Advanced applications, including voice and data convergence, as well as storage area networking, are putting burdens on today’s fiber optic networking infrastructure, especially on the fiber cabling. With speeds in data centers now increasing from 10Gbps to 40Gbps, to 100Gbps, and 120Gbps, etc., different fiber technologies are required for Gigabit optical communications, like single strand fiber (simplex fiber cable) and duplex fiber cable. This text mainly introduces the single strand fiber, a relatively simple solution chosen for fiber optimization, and its benefits that drive the need to deploy single strand fiber for Gigabit optical communications.

Single Fiber Technologies

Single strand fiber, just as its name shows, uses one strand of glass instead of two dedicated strands with one for receiving and the other for transmitting. It doubles the capacity of the installed fiber plant, which in turn doubles the per fiber return on investment (ROI) with no need for more physical fiber.

Early single fiber solutions were based on single wavelength directional coupler technologies. With these solutions, the same wavelength (1310nm for up to 50km or 1550nm for longer distances) travels in each direction (transmit & receive). At the edges, the two signals are coupled into a single fiber strand with a directional coupler (splitter-combiner). This coupler identifies the direction of the two signals (ingress or egress) and separates or combines them. This kind of solution is normally very reliable and cost effective, as long as special installation and connector type (APC -angle polished connector) requirements are observed. Otherwise, this solution is prone to reflections when traversing patch panels and in the cases of fiber cuts or dirty connectors.

single fiber 1310nm TX/1510nm Rx

In recent years, a new single strand fiber technology has emerged based on two wavelengths traveling in opposite directions. External WDM couplers (multiplexers) combine or separate the two wavelengths at the edges. As technology progressed, the external passive WDM coupler became integrated into a standard interface fixed optic transceiver.

Single Fiber SFP (Small Form Pluggable)

The growing demand of single fiber solutions driven by the Ethernet bandwidth has led to the development of a wide range of single fiber pluggable SFP transceivers. These hot-pluggable optic transceivers are designed in small-form factor for high-density solutions, covering many industrial protocols and allowing flexibility in distance choices. Besides, they provide advanced optical performance, Digital Diagnostics Monitoring (DDM). Commonly-used single SFPs include 1000BASE-LX SFPs (eg.EX-SFP-1GE-LX shown below), 1000BASE-ZX SFPs, etc.

EX-SFP-1GE-LX,single fiber SFP

Single Fiber Benefits

The benefits of the single strand versus the dual strand fiber implementation can be considerable.

  • Operational and Capital Expense Savings

Single fiber solutions, like any other fiber optimization methods, affect both the capital expenses (CAPEX) and the operational expenses (OPEX). For fiber users like carriers and enterprises that lease dark fiber from their provider rather than owning the fiber plant, the OPEX savings is extremely significant by avoiding avoid the need to install additional fiber strands to accommodate growth without imposing limitations due to engineering capabilities.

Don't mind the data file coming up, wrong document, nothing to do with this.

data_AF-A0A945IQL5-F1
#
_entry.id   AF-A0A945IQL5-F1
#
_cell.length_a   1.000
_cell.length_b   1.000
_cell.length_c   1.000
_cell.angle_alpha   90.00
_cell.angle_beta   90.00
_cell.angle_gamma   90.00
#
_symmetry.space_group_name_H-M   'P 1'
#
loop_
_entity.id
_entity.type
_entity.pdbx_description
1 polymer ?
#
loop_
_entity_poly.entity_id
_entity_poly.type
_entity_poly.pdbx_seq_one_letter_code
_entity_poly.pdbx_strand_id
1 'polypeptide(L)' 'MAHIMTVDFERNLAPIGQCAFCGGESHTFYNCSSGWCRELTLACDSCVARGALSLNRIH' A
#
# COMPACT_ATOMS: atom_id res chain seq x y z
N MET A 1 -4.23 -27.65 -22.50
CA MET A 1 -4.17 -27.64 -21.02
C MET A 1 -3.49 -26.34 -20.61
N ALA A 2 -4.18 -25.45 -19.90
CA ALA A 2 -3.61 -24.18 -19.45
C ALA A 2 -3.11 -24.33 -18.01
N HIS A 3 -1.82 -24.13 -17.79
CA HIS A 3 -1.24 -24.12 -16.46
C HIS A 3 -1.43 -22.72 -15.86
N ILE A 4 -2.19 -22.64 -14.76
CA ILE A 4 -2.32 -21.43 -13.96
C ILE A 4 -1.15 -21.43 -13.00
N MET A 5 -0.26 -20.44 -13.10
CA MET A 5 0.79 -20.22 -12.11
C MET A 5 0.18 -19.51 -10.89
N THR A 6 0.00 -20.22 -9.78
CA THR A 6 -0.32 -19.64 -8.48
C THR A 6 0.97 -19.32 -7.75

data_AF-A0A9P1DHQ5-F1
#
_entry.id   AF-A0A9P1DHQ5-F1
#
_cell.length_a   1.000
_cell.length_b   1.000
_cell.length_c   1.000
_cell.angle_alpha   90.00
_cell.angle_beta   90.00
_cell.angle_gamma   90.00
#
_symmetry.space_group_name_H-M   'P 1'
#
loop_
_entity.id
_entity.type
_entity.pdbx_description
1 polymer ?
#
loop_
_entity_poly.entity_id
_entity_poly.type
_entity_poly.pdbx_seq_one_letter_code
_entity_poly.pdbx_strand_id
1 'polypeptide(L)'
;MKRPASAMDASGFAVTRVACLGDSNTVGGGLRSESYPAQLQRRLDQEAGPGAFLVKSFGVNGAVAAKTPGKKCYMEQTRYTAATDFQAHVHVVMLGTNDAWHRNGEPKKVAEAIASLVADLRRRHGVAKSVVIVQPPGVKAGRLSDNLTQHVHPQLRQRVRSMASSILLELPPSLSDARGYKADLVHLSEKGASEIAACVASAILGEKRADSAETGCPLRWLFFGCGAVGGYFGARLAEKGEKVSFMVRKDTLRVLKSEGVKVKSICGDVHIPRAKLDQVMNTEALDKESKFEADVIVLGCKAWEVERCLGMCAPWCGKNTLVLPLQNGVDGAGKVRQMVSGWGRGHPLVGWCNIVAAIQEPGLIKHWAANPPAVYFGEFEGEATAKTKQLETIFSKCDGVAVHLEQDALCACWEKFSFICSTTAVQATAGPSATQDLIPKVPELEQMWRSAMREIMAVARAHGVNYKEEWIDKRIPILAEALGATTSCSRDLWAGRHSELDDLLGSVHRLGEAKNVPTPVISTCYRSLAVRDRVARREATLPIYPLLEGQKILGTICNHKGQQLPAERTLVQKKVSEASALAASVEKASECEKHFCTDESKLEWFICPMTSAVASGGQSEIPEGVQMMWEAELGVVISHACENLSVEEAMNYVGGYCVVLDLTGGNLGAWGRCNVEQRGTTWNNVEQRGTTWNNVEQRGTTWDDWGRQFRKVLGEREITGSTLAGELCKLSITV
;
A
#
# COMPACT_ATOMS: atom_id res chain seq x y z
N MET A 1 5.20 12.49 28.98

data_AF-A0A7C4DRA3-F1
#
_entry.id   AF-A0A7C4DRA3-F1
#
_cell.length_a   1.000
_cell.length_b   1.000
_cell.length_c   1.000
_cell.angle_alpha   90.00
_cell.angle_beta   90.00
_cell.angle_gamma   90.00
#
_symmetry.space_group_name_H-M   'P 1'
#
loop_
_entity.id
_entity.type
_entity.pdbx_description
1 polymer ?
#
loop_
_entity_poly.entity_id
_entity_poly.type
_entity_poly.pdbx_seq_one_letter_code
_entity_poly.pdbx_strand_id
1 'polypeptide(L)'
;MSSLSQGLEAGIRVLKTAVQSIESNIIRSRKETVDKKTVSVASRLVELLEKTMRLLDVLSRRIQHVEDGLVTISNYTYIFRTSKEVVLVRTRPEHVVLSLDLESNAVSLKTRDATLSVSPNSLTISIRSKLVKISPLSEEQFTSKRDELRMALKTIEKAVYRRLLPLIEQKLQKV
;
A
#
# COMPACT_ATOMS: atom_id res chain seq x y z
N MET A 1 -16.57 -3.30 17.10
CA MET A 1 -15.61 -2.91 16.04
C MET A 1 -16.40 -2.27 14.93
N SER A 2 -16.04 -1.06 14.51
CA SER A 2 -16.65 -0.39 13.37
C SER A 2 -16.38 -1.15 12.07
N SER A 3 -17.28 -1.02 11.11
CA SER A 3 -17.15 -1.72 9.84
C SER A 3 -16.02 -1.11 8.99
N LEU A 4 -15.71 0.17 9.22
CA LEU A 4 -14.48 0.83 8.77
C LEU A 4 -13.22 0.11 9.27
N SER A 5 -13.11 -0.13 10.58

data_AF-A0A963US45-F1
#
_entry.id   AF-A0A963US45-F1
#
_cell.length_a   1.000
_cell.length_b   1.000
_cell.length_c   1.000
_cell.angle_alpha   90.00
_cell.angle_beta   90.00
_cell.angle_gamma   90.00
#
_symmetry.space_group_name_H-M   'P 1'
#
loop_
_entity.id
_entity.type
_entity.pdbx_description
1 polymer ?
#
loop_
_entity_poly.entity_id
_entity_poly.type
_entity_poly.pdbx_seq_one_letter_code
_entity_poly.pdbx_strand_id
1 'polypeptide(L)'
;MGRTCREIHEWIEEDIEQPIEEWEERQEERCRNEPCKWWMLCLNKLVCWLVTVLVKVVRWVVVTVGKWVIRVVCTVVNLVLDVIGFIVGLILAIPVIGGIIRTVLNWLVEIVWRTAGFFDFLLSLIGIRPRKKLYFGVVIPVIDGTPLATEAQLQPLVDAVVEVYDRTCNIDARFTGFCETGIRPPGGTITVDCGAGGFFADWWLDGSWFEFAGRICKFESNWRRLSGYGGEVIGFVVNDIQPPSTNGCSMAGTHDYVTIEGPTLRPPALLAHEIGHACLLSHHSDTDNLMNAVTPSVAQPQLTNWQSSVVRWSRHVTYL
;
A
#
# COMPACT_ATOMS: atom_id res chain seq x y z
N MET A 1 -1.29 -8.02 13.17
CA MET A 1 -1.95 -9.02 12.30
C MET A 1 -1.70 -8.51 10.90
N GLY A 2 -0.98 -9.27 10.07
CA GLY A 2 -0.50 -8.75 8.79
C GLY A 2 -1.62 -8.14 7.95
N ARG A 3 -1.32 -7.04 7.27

• Fiber Run — Engineering Cost

The design and engineering of a fiber run is a complex process. It may require crossing roads or freeways, which leads to possible thorough design, and inflexible work scheduling. The deployment cost might include trenching or other expenses. In many cases, the price of labor, services, and licenses required to install new cabling can far exceed the cost of the media and supporting electronics.

  • Fiber Termination and Accessories Cost

New fiber runs require terminating and connecting any fiber strand. This process requires qualified labor that will polish, connectorize, and test every fiber strand. Reducing the number of terminated fiber strands by half results in a significant cost reduction.

  • Network Reliability and Maintenance Cost

Reliability and availability are key in any communications system. Use of single fiber pluggable-based transceivers in an existing dual fiber link opens the possibility of creating redundant link solutions. In fiber assembly, a larger number of fiber strands increase the chance of fiber failure. The larger the fiber strands are, the higher the failure chances are, thus the maintenance cost increase accordingly. This can be reduced through the simplicity of single fiber technology.

Conclusion

Single fibers are considered as the simple way for fiber optimization, for they not only double the capacity of the installed fiber plant, but also help to achieve overall savings in Gigabit optical communications. Fiberstore offers single fibers available in both single-mode and multi-mode versions, which are all quality assured. In addition, single fiber optical transceivers can also be found in Fiberstore, such as 1000BASE-LX SFP (EX-SFP-1GE-LX mentioned above), 10GBASE-ZR SFP+ (SFP-10G-ZR). For more information about single fibers, you can visit Fiberstore.